The direction that we're all headed together isn't completely clear to me, and I'm not sure exactly which path we're on or how to ensure we're headed in the right direction, and this existential confusion about the state of - everything - can put me into a mental stalemate that stalls any and all progress at all. Not the progress that means I've checked things off a to do list or put laundry away or followed up on an email, but the kind that means we're not, as a larger mass of humanity, headed in the wrong direction. It's unclear which way to go next, but the mantra I know how to begin popped firmly into my mind in the middle of one of my favorite yoga classes ever that I was taking in my basement on a computer and it came at me loudly. I know how to begin.
I often find myself spending so much time digesting my thoughts, considering how to calculate everything that must be reconciled, not just as woman and a mother and a business owner and a wife, friend, daughter, neighbor - but as a human. I've felt the shifts of the last year as deeply as you have. I've felt the changing tides of humanity, for better or for worse, or perhaps more accurately, for better and worse, just as you have. I've felt grief for what's lost, for who is lost, for who had to go somewhere different, another realm, another job, another relationship or mindset, and for those who seem to have gone no where at all despite everything around them changing.
Will they re-emerge into this new, different world as a square peg in a round hole? Will they still fit if they've shifted not even in the least bit?
A week ago I went back to in-person yoga for the first time in a year. My husband and I hosted a "pod" of elementary students in our home for five months and so with respect to the families our children were webbed into we were fairly limited in our "bonus" interactions with life. We kept our contacts pretty limited.
That pod has shifted, and as with the entirety of the last 12 months, we're not allowed to re-evaluate again how to interact with our lives.
When the pandemic hit last March I'd been going to hot power yoga five times a week. I'd just finished a 40 Days to Personal Revolution program at UpYoga and could feel a big leap coming. I didn't know that it would be both my sister leaving The Locket Sisters and the pandemic uprooting everything, but I could sense it coming.
It came, and it rushed in fast and furious and far greater than I could have ever imagined. The rug was slipped out from underneath me and every time I found my footing on a new rug that one would be tugged, too. Slip, tug, rip, yank, surprise. A constant jerking motion of keeping my feet on the ground and not succumbing to the dark valleys underneath that were so loudly calling my name. And it was only just beginning.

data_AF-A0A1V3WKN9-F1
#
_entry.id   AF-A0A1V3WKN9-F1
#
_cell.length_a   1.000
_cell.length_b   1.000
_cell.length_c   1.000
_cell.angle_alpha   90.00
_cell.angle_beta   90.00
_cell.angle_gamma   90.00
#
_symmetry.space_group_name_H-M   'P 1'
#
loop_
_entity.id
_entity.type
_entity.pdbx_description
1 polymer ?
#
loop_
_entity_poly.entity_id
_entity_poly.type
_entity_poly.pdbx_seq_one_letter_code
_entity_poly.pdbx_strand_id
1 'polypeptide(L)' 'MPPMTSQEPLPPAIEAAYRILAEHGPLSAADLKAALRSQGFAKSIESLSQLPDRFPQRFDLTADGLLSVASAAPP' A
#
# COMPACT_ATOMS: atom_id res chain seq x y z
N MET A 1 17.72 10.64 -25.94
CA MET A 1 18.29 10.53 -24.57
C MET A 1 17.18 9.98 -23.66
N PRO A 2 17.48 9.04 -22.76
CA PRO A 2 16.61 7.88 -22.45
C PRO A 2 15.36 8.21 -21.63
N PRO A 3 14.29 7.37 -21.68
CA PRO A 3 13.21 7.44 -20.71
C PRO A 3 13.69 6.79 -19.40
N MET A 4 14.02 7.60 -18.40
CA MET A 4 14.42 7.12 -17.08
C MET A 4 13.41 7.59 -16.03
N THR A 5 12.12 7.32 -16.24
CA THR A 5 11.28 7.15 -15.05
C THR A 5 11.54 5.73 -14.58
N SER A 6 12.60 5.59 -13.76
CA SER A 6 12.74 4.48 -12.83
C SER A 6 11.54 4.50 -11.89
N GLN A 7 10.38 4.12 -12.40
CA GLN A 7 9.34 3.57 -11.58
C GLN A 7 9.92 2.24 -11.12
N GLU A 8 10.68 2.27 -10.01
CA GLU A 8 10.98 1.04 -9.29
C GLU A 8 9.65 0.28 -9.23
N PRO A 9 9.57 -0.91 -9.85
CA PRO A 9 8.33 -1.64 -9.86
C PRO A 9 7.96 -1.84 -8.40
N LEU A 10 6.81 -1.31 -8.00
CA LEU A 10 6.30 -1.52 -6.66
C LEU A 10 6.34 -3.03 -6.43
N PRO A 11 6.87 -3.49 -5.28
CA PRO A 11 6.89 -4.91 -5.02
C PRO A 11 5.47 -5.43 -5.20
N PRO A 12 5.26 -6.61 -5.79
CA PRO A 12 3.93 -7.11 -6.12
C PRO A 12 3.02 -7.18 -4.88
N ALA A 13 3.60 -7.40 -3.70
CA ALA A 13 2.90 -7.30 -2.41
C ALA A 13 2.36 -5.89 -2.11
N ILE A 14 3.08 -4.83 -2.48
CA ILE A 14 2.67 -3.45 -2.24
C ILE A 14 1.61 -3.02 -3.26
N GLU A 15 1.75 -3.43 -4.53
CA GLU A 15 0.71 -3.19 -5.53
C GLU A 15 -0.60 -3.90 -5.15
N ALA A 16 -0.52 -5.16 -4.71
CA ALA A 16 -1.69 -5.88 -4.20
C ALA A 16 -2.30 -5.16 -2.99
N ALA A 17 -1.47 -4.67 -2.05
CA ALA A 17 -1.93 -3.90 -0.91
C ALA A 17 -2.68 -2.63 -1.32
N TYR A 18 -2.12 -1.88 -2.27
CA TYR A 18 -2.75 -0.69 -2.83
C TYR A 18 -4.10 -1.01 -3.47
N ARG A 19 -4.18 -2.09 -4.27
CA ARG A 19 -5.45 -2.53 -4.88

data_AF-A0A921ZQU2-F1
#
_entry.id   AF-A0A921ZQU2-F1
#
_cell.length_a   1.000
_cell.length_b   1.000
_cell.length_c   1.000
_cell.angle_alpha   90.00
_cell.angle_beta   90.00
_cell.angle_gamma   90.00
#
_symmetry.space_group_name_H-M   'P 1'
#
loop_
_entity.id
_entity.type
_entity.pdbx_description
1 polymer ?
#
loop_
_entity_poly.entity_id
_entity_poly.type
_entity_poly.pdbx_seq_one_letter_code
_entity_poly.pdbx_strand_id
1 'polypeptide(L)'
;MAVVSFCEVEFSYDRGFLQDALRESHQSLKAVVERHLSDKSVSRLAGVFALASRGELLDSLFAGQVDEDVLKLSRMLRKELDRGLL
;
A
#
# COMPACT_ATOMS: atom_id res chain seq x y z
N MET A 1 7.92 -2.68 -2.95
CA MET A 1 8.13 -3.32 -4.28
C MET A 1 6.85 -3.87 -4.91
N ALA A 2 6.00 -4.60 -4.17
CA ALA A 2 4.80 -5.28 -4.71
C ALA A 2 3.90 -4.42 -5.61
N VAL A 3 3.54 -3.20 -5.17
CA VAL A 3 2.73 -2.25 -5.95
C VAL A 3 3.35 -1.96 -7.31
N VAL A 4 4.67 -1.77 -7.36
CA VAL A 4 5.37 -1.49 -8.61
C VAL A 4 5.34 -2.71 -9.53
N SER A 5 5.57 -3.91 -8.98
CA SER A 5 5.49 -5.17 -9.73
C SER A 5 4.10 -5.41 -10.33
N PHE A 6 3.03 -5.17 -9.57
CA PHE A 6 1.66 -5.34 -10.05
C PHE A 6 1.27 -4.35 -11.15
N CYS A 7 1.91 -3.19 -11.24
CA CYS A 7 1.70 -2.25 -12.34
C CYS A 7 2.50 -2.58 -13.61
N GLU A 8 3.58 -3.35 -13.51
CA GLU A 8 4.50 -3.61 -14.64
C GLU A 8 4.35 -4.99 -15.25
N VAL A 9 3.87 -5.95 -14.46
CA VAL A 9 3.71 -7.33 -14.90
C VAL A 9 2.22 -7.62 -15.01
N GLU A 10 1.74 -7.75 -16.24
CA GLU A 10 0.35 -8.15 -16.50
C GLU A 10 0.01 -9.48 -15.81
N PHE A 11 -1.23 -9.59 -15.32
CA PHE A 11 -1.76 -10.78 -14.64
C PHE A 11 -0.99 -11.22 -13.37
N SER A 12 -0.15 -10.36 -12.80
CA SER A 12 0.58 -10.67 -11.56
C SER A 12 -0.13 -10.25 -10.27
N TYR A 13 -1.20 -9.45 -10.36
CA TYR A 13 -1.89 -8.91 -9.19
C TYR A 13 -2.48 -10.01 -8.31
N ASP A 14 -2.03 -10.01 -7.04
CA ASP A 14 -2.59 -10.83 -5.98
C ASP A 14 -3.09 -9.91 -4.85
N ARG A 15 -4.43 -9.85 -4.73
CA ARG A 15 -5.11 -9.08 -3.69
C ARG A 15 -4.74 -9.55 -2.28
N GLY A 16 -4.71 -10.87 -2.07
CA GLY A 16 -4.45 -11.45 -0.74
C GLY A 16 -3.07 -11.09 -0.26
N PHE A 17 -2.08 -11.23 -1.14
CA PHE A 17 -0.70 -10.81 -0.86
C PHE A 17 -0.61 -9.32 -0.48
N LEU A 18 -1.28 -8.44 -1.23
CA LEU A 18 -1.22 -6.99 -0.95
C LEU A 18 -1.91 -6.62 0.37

In May of last year George Floyd was murdered by the cops in my neighborhood, with my tax dollars. Shortly after an uprising of righteous outrage for the mistreatment of Black and brown bodies my the 3rd precinct of Minneapolis' police unit slammed into our neighborhood, too, with unrighteous demolition of the community. I respect the rage, yet I'm sad to see so much wiped out. We still detour around closed intersections and burned down buildings.
And George Floyd is still dead, so I honor him with every reroute to a grocery store that didn't get burned down, with every window I see still boarded up, with the long route around George Floyd Memorial where his life was snuffed out. He didn't have to die. Shouldn't have been murdered.
A couple months after the Blackhawk helicopters went away and the FBI stopped raiding our street at 2am, we learned our kids' school wouldn't be opening, then a couple months after that my husband's business experienced a major and unexpected shift that required a scramble to survive, we got COVID in November alongside the surge of the rest of Minnesotans who got COVID.
Yet we're still standing. And peaceful, and alive and well and we added a puppy and the sun still shines and the snow still fell and it didn't take us out. None of it.
So I returned to yoga last week for the first time in a year and when rolled out my mat six feet away from the next person and began breathing in the warm air under my mask, I felt overwhelmingly different. I am not the same woman I was when I used to go to hot power yoga five times a week last year. I sat on my mat differently. I paid attention to the other students differently. I listened to the teacher differently. It felt like butter on warm toast, sinking so perfectly into one. It felt like a hot tub after a ski day; a nap on the couch with a PBS documentary playing in the background. It felt so fucking good to be there. It felt so fucking good to reconnect with my life, the one that used to feed me and love me and nourish me.
In all the changes that rushed in over the last 12 months I learned new ways to nourish myself. I learned that I know how to adapt to the changes and that it's my decision if I'm going to let them take me down or out. I learned that I can be outraged and loving. I can work so hard and rest. I can learn and unlearn. I can shift and find stability. I can let go, I can rise up, I can fall down, and I will get up each time ready to continue on.
This is life. This is what it's made up of, our reactions to everything that we will experience and have thrown our way, it sums up the life we lived. Maybe you've already begun to re-emerge with yourself, your community, your life. Maybe you're not there yet. When the time comes, I wonder how you'll feel - will you be new? Will you be the same? Will any of it fit anymore?
We may not often know where we're headed, or what to do next, or where it's all gonna lead. But we do indeed know how to begin. I've learned how to begin again, and again, and again.